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Article
December 1934

PERNICIOUS ANEMIARESULTS OF TREATMENT OF THE NEUROLOGIC COMPLICATIONS

Arch Intern Med (Chic). 1934;54(6):851-871. doi:10.1001/archinte.1934.00160180025003
Abstract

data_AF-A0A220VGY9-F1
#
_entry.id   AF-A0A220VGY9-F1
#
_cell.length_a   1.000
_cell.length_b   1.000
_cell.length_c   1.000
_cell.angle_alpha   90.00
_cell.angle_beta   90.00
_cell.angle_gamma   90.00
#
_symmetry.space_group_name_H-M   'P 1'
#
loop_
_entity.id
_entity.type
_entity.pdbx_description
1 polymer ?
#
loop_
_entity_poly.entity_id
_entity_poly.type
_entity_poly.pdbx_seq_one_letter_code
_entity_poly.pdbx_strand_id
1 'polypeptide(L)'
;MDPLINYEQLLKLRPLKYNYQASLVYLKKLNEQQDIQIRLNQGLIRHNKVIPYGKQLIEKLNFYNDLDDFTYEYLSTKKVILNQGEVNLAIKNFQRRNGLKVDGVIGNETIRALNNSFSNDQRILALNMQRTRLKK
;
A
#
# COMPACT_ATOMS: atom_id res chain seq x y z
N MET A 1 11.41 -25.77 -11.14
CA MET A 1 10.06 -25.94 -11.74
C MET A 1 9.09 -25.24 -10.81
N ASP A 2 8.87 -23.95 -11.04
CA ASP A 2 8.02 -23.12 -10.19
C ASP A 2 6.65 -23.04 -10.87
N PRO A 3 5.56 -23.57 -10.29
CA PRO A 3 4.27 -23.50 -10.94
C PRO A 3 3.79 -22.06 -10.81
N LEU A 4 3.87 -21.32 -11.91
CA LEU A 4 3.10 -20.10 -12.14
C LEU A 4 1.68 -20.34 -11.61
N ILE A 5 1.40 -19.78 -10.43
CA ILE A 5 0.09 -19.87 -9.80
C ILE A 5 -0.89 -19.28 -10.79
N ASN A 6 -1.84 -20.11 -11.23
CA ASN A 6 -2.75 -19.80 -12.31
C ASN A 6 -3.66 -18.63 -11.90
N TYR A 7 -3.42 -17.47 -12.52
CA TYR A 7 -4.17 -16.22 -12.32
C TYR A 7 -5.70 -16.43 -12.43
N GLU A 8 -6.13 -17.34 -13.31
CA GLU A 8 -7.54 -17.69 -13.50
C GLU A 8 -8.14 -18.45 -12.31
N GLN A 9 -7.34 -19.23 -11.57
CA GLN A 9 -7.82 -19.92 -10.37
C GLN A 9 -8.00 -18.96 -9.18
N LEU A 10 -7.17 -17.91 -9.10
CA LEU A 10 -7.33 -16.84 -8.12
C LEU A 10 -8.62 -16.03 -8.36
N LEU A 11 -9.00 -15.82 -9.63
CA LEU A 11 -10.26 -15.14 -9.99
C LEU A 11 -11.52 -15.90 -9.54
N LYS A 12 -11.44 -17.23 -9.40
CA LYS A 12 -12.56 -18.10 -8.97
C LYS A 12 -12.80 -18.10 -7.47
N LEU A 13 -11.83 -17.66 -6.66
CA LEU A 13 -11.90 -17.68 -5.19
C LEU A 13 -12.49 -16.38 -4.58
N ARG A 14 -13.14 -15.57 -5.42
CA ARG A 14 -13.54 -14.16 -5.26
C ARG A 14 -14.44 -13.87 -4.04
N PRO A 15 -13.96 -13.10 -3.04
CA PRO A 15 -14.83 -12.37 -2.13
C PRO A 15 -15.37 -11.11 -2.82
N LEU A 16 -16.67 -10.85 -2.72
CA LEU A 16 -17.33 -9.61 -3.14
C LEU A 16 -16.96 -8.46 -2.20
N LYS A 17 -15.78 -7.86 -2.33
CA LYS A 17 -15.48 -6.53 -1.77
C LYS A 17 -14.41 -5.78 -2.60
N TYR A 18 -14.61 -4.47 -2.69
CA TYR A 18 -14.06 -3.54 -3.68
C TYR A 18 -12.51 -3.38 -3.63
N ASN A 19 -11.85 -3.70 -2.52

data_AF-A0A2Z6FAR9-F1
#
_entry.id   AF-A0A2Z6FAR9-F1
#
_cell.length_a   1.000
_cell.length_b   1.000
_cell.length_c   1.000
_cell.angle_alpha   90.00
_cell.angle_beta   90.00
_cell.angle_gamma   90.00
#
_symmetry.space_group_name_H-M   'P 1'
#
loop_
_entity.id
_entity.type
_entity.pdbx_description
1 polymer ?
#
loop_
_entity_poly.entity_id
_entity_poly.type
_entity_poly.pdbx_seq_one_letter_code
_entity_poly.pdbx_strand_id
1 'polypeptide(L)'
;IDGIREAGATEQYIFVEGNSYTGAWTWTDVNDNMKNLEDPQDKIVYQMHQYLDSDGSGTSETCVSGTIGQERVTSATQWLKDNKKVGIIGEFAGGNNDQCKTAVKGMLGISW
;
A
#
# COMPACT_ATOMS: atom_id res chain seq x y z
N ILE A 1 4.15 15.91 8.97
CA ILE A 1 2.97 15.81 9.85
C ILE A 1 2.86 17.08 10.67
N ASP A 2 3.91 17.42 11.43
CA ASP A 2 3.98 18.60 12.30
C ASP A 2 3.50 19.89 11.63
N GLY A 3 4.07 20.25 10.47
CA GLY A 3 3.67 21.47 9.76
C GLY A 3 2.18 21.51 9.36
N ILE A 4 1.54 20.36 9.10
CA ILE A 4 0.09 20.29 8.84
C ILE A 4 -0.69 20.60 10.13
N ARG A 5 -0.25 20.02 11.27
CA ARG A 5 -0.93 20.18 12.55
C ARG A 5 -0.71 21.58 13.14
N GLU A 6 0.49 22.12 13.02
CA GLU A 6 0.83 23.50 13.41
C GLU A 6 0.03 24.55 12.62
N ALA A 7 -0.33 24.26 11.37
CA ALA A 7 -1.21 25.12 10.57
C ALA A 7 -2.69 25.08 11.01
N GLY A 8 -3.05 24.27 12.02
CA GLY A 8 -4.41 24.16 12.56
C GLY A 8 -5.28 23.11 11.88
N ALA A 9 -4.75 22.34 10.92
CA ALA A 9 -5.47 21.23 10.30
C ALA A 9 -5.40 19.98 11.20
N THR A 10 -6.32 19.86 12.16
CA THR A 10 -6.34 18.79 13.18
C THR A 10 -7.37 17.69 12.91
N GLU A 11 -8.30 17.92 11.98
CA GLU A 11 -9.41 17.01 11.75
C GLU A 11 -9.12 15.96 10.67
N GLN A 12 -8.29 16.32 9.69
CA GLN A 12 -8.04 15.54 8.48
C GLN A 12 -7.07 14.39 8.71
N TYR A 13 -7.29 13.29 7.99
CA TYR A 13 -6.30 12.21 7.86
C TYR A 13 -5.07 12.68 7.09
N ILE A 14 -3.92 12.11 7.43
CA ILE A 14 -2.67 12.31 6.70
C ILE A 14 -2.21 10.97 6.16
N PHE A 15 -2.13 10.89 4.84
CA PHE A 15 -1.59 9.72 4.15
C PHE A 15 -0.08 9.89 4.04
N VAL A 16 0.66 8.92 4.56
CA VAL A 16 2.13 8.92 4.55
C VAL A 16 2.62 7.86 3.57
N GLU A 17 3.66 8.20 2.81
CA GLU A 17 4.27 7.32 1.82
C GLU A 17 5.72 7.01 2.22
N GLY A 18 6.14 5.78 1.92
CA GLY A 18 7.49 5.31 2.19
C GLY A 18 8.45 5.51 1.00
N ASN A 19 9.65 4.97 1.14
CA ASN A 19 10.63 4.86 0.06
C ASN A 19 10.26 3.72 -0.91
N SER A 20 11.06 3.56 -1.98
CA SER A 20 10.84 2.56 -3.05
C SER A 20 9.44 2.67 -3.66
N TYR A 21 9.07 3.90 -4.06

The introduction of liver for the treatment of pernicious anemia by Minot and Murphy has provided an efficacious method of increasing the number of red blood cells and the percentage of hemoglobin to figures approaching normal, thereby relieving the general asthenic symptoms and prolonging the lives of patients indefinitely. The effect of liver on the neurologic complications of pernicious anemia also has been studied with great interest, but with the use of less certain criteria on which conclusions may be based. The literature already contains reports of several studies carried out over long periods of time which seem to indicate both prophylactic and curative values of liver extracts on the neurologic complications. However, some clinicians attributed an indirect action to the liver and suggested that the usual gain in general strength enhances the patient's powers of compensation for his neurologic defects, while others denied any noteworthy change in the nervous

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